Just six days after arriving in Papua New Guinea, we are starting to feel settled in our new home. Its definitely different than living in the United States! For those of you who are curious about our current living situation, we made this blog just for you to answer some of the common questions we have been getting lately from friends and family back home.
New Time Zone: Papua New Guinea is 14 hours ahead of the east coast time zone, 17 hours ahead if you are form the west coast. Thankfully, our time in Australia basically helped us get over our jet lag before arriving to PNG.
New Neighborhood: We currently live at New Tribes Mission’s Regional Center, a center dedicated to administration and the support of NTM missionaries throughout the Islands region. There are over 80 people living on the center, and we will be living here just for the duration of our national language and culture study. Every morning we wake up to the sounds of roosters, squealing pigs and tropical birds. We smell the morning fires from the houses around us and hear the mothers yelling at their kids. 🙂
New Neighbors: The missionaries who live on center come from all over the world. There are some Americans, but there are also British, Australian, Dutch, Irish, Canadian, and others I can’t remember at this time. There are also a few Papua New Guinea citizens who live on the center as well.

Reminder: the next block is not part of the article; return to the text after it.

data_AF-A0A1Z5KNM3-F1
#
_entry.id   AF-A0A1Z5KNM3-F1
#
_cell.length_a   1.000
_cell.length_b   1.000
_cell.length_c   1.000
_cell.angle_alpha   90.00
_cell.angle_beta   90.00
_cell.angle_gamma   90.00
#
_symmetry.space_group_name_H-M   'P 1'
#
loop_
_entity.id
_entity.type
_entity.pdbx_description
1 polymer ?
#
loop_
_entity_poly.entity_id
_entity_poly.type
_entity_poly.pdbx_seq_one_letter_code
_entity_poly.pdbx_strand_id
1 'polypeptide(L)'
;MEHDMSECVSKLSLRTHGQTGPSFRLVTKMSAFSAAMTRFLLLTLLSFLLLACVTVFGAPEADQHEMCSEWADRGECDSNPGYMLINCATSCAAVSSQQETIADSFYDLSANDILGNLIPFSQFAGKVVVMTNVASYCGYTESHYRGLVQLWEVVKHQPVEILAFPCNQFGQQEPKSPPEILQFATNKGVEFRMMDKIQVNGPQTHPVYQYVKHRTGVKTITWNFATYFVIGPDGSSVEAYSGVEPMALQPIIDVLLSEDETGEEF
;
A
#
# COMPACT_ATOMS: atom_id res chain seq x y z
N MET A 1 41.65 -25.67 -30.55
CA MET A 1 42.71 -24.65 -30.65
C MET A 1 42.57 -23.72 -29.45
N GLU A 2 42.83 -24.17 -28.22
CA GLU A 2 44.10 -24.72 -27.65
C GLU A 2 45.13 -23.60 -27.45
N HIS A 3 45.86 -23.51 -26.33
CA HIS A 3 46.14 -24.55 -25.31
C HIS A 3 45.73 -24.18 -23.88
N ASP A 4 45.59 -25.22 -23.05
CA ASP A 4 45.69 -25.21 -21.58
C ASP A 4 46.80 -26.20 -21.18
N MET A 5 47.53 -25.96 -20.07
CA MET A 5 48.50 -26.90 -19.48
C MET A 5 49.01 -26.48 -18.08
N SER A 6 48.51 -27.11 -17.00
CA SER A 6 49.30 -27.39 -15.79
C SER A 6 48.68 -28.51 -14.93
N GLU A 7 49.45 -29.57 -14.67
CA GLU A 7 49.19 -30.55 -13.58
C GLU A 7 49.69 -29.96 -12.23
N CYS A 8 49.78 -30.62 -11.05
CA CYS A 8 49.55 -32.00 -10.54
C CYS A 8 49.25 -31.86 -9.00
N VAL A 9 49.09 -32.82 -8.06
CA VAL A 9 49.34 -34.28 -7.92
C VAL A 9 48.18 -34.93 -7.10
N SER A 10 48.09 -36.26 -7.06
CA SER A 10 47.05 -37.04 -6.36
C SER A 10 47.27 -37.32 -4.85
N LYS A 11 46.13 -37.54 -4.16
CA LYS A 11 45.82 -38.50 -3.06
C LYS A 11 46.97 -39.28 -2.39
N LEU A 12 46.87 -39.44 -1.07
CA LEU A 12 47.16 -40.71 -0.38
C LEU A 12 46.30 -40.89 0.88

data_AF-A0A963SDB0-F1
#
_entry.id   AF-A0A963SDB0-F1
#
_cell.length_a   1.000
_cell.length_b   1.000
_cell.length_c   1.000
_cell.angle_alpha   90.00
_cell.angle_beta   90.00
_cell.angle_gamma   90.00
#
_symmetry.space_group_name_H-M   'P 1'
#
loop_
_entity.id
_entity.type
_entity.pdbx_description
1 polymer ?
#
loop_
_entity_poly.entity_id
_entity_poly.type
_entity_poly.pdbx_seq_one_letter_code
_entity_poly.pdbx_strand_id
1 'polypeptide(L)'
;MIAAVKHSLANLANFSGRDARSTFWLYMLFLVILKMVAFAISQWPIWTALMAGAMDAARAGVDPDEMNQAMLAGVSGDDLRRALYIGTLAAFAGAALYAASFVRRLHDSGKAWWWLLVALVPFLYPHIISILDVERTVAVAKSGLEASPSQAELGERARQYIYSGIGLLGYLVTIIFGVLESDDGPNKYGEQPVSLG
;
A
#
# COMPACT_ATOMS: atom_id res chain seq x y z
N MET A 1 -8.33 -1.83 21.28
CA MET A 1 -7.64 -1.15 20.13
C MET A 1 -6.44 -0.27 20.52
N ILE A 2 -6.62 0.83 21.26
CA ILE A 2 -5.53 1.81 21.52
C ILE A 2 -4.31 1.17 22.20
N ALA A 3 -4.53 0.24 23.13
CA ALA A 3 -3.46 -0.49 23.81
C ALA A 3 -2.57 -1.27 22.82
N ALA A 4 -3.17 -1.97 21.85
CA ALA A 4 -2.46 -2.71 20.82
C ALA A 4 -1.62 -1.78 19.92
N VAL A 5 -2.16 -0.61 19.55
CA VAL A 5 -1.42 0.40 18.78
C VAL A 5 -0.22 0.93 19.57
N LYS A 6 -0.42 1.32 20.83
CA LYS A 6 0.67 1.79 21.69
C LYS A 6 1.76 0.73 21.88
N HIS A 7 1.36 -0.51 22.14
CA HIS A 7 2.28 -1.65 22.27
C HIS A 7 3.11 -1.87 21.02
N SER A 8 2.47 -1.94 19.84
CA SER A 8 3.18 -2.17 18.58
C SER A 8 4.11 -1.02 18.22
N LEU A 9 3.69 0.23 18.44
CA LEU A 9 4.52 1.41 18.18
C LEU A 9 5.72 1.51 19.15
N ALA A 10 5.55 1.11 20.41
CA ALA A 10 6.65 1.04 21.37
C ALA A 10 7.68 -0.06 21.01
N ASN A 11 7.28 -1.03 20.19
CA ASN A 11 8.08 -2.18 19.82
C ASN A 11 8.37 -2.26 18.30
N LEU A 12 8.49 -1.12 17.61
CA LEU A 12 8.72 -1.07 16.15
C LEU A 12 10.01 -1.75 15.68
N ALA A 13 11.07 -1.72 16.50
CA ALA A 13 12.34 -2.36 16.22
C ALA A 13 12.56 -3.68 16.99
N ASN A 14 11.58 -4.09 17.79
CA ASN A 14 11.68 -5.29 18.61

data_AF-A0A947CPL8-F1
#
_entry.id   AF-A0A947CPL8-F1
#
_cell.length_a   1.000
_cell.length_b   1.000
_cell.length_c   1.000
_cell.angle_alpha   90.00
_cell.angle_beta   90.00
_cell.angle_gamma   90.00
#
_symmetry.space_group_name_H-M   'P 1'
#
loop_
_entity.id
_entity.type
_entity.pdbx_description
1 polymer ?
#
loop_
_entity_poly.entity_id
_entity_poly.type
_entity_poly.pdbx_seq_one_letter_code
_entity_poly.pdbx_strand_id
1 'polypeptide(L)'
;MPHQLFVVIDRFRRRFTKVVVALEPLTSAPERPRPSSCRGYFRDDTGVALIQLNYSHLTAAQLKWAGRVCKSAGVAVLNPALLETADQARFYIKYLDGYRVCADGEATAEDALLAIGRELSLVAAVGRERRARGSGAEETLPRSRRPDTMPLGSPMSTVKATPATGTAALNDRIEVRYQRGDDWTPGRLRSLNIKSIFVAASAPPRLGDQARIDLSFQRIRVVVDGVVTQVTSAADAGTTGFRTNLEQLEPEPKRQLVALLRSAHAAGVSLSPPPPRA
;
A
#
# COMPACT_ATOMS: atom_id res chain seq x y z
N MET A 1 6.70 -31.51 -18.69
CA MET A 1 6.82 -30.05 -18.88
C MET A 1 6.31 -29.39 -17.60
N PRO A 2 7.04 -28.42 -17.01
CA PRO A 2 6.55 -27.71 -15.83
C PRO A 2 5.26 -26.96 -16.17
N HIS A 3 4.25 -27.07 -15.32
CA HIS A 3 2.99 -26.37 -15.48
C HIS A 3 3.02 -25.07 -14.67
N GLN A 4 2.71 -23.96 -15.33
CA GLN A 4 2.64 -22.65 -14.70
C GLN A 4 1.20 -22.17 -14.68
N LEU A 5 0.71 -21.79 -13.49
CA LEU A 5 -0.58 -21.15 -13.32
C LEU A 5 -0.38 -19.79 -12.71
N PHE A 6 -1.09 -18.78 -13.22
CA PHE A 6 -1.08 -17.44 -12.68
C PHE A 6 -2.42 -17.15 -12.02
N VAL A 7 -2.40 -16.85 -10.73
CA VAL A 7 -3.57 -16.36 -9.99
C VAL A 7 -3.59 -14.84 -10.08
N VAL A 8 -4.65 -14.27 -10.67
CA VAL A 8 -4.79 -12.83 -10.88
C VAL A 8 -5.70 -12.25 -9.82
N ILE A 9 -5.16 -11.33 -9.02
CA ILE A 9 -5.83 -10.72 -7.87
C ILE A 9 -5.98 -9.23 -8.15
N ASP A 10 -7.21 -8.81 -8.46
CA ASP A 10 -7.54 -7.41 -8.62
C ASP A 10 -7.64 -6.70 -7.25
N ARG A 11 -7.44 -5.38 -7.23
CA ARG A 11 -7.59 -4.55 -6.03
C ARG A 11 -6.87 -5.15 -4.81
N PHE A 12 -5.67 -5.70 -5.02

New Apartment: Our apartment is the perfect size for our little family, with a living room area, dining room, kitchen, two bedrooms and a bathroom. Yes, it has a toilet and a shower… although no hot water, but who needs it in this heat! Outside we have a washing machine and Beth hangs our clothes to dry. We share the apartment with tiny red ants and geckos. 🙂 Our house is right by the road so as I brush my teeth in our bathroom I can see women carrying huge loads of coconuts and water on their heads. We have a GREAT view of our area from almost any window so it’s great for learning!
New Weather: It is pretty hot. I set the thermometer outside, just to see how hot it was (not considering humidity) and I wasn’t surprised to see it read 107 degrees! Its ok, though because inside our house it only gets to a little over 90. We’re doing alright with the heat, honestly. Its not felt as bad as we thought it would before arriving.
New Food Sources: We get our food from various sources. On the center there is a place called Center Supply (actually we live above it), where food can be purchased for those of us who live here. Thankfully we can charge food to our account so we do not need to be stocked up on PNG Kina (the currency of Papua New Guinea). The convenience is nice, but the prices are very high, simply because everything is basically imported. For example: a jar of peanut butter can run you about US$9.00 or eggs for almost US$4.00 per dozen!
We can also get our food from local PNG citizens who bring fresh produce from their gardens that we can purchase for dirt cheap compared to the US (options limited). Lastly, there is a town about 45 minute drive from center where we can get a lot more variety than what we can get here. The only down side to this is that it costs about $50 to drive there and back. So… we will see how our grocery bill and our stomachs feel at the end of the month!
New Jobs: This coming week we are looking forward to officially beginning our national language and culture study. This will be our full time job for at least the next six to ten months, because thankfully PNG’s national language is a comparatively simple and very easy language to learn. We’ve already started practicing. 🙂
So this is a little bit of a peak into our world these days. We love answering your questions, so please feel free to contact us if you have any questions!